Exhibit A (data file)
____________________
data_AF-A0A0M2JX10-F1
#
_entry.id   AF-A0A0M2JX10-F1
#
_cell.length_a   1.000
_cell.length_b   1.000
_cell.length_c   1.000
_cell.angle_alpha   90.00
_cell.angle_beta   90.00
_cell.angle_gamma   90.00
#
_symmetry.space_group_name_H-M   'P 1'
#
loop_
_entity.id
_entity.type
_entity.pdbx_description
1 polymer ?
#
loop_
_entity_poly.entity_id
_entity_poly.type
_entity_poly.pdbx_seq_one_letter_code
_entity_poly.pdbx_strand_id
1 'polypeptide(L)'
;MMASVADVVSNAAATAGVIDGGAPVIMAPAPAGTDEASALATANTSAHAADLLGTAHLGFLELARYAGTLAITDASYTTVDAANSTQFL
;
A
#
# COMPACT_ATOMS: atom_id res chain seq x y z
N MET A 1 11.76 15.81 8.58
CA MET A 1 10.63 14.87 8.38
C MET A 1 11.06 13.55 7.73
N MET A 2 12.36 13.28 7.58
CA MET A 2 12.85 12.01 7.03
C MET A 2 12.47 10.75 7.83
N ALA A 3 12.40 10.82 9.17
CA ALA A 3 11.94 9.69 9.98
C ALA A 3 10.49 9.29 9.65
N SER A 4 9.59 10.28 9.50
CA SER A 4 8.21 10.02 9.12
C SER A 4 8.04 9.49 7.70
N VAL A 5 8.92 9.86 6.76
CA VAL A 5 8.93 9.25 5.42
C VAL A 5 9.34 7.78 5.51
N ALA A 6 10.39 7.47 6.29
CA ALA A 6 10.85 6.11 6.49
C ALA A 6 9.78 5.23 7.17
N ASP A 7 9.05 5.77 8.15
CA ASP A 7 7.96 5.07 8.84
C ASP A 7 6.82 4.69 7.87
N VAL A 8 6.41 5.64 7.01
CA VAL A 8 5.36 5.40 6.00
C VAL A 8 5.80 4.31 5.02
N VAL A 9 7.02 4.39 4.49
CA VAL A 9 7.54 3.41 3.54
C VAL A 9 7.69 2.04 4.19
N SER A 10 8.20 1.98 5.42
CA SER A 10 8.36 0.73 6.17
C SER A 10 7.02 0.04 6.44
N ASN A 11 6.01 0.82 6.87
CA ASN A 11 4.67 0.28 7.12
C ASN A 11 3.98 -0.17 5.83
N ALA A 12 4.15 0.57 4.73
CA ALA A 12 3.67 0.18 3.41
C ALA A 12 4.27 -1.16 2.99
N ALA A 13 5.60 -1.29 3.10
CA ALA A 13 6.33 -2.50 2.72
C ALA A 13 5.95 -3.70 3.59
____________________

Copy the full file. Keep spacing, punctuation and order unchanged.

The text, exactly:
data_AF-A0A0M2JX10-F1
#
_entry.id   AF-A0A0M2JX10-F1
#
_cell.length_a   1.000
_cell.length_b   1.000
_cell.length_c   1.000
_cell.angle_alpha   90.00
_cell.angle_beta   90.00
_cell.angle_gamma   90.00
#
_symmetry.space_group_name_H-M   'P 1'
#
loop_
_entity.id
_entity.type
_entity.pdbx_description
1 polymer ?
#
loop_
_entity_poly.entity_id
_entity_poly.type
_entity_poly.pdbx_seq_one_letter_code
_entity_poly.pdbx_strand_id
1 'polypeptide(L)'
;MMASVADVVSNAAATAGVIDGGAPVIMAPAPAGTDEASALATANTSAHAADLLGTAHLGFLELARYAGTLAITDASYTTVDAANSTQFL
;
A
#
# COMPACT_ATOMS: atom_id res chain seq x y z
N MET A 1 11.76 15.81 8.58
CA MET A 1 10.63 14.87 8.38
C MET A 1 11.06 13.55 7.73
N MET A 2 12.36 13.28 7.58
CA MET A 2 12.85 12.01 7.03
C MET A 2 12.47 10.75 7.83
N ALA A 3 12.40 10.82 9.17
CA ALA A 3 11.94 9.69 9.98
C ALA A 3 10.49 9.29 9.65
N SER A 4 9.59 10.28 9.50
CA SER A 4 8.21 10.02 9.12
C SER A 4 8.04 9.49 7.70
N VAL A 5 8.92 9.86 6.76
CA VAL A 5 8.93 9.25 5.42
C VAL A 5 9.34 7.78 5.51
N ALA A 6 10.39 7.47 6.29
CA ALA A 6 10.85 6.11 6.49
C ALA A 6 9.78 5.23 7.17
N ASP A 7 9.05 5.77 8.15
CA ASP A 7 7.96 5.07 8.84
C ASP A 7 6.82 4.69 7.87
N VAL A 8 6.41 5.64 7.01
CA VAL A 8 5.36 5.40 6.00
C VAL A 8 5.80 4.31 5.02
N VAL A 9 7.02 4.39 4.49
CA VAL A 9 7.54 3.41 3.54
C VAL A 9 7.69 2.04 4.19
N SER A 10 8.20 1.98 5.42
CA SER A 10 8.36 0.73 6.17
C SER A 10 7.02 0.04 6.44
N ASN A 11 6.01 0.82 6.87
CA ASN A 11 4.67 0.28 7.12
C ASN A 11 3.98 -0.17 5.83
N ALA A 12 4.15 0.57 4.73
CA ALA A 12 3.67 0.18 3.41
C ALA A 12 4.27 -1.16 2.99
N ALA A 13 5.60 -1.29 3.10
CA ALA A 13 6.33 -2.50 2.72
C ALA A 13 5.95 -3.70 3.59